It might be a cliché but it's true that you can't afford to stand still in the car business. As fuel prices continue to rise the world over and buyers seek more efficient modes of transport, the key to any future success will be to produce vehicles that offer meaningful savings. However, achieving this without impacting negatively on the ownership experience isn't easy.
Mazda hopes it has cracked it though, with the development of a suite of efficiency and performance improvements that it can apply to its whole range of vehicles. Dubbed ‘Skyactiv' by the carmaker, it hopes that the various developments will help to enhance its future models in the eyes of buyers.
First up to get the Skyactiv treatment is Mazda's new mid-size SUV, the CX-5. Sitting below the long-running CX-7, this new model is a five-seater with the option of front and four-wheel drive plus the choice of diesel and petrol engine and manual and auto transmissions.
Weight is a killer in the car business; not only can it have a bad effect on crash performance and fuel economy but it also doesn't help when it comes to vehicle agility. High-rise SUVs often feel it the most, which is why Mazda has chosen a combination of stronger and lighter weight materials for the CX-5's construction. This hasn't come at the expense of safety, as the company is keen to stress that it's spent considerable time fine-tuning crash structures as part of its Skyactiv philosophy.
Agility is another area Mazda was keen to improve on. The company wanted to ensure that the CX-5 complemented rather than blighted the reputation of the likes of the MX-5 roadster and 6 saloon. The good news is that the engineers have largely succeeded, with the CX-5 feeling uncharacteristically nippy for a high-riding SUV.
Think of it more as a lofty family hatch and you'll get the picture. Weighty controls — steering, gearshift — should appeal to the keen drivers, while ride comfort easily rivals that of a conventional car. Granted, despite the option of all-wheel drive, the CX-5 is no extreme mud-plugger, but its behaviour should please those who tow.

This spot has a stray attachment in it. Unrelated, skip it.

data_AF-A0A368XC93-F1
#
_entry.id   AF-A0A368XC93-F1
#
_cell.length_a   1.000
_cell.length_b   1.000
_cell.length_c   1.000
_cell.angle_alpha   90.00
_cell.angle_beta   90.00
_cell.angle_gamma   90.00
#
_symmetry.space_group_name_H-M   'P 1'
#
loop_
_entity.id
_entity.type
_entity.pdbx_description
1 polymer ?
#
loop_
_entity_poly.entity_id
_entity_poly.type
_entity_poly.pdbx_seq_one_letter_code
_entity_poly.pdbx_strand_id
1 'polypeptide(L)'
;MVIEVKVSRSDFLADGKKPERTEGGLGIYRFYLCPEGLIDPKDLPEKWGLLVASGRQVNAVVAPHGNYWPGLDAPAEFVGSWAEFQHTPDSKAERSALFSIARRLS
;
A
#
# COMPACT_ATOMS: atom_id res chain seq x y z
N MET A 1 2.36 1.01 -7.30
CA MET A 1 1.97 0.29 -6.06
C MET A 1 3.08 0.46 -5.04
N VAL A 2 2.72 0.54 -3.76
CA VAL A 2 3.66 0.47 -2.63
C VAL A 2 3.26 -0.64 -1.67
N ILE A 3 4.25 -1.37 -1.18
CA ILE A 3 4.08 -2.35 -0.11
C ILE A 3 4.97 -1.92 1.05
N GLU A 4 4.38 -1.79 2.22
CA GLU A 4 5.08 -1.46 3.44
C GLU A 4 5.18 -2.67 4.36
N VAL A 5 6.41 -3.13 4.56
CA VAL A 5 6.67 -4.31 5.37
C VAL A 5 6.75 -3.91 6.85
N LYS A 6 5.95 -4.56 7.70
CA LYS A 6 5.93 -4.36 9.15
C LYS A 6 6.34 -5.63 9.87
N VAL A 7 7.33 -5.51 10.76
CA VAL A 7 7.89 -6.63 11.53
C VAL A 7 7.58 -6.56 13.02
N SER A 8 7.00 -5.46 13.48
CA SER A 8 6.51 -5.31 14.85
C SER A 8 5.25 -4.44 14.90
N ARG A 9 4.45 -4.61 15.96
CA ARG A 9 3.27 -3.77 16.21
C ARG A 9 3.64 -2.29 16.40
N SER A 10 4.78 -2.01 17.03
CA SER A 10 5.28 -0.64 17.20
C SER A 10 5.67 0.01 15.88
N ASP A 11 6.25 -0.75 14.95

A lot of the CX-5's on-road talent can be traced to its engines. This is another Skyactiv-themed element of the car, as the units offer low levels of consumption and emissions alongside above average levels of performance.
The line-up starts with a 163bhp petrol motor for those focused on two-wheel drive motoring. Diesel power, though largely irrelevant in our market, is a strong favourite in other parts for obvious reasons — plenty of torque and sensible economy. Mazda's offers two 2.2-litre units (148 and 172bhp). Amongst the various engineering tweaks, it's chosen to fiddle with the engines' compression ratios to maximise both economy and power, the end result being a very creditable 3.8 litres-per-100km for the low power motor in two-wheel drive guise and 4.3 litres-per-100km for the high power unit when chosen with all-wheel drive. Performance is also brisk, with the 2.0-litre petrol front-wheel-drive version delivering 155bhp and 200Nm of torque at 2,000 revs, propelling the SUV to 100kph in a respectable 9.4 seconds.
In practical terms the CX-5 performs very well. Mazda's engineers have done a good job of balancing the need to reduce consumption and emissions with the desire to make the car engaging and interesting. That it rides well is a major plus and demonstrates that the firm's Skyactiv-themed technology bundle is more than just a promotional hook.
Staying with the practicalities of ownership, the CX-5's cabin is up to Mazda's usual high standards regarding fit and finish while occupants won't be short of space, especially in the back. Overall, the car's cabin is as well screwed together and as comfortable as many of its premium-priced rivals.
And not just comfortable, the CX-5 is also well equipped. There's a considerable amount of kit out of the box, with the base model including a decent audio unit, MP3 player connections, Bluetooth, climate control, fully adjustable front seats, plenty of airbags and electronic stability controls. Sport adds bigger wheels, leather, reversing camera, upgraded audio unit and keyless entry.
Each trim level can be boosted by an integrated sat-nav, while selected models can also be specified with an optional safety pack comprising lane departure warning, auto-sensing headlight high beam control and a rear vehicle monitor in European markets.
Generous in many ways — equipment, performance, wallet-friendly economy — Mazda's CX-5 promises to put the company on the shopping lists of cost-conscious motorists seeking a good balance of low running costs and premium-level refinement.
With the promise of similar performance gains from other future models, Mazda's new-found engineering talent shouldn't be underestimated.
Specs & ratings
Model CX-5 Skyactiv
Engine 2.2-litre four-cyl
Transmission Six-speed auto, FWD
Max power 155bhp @ 6,000rpm
Max torque 200Nm @ 2,000rpm
Top speed NA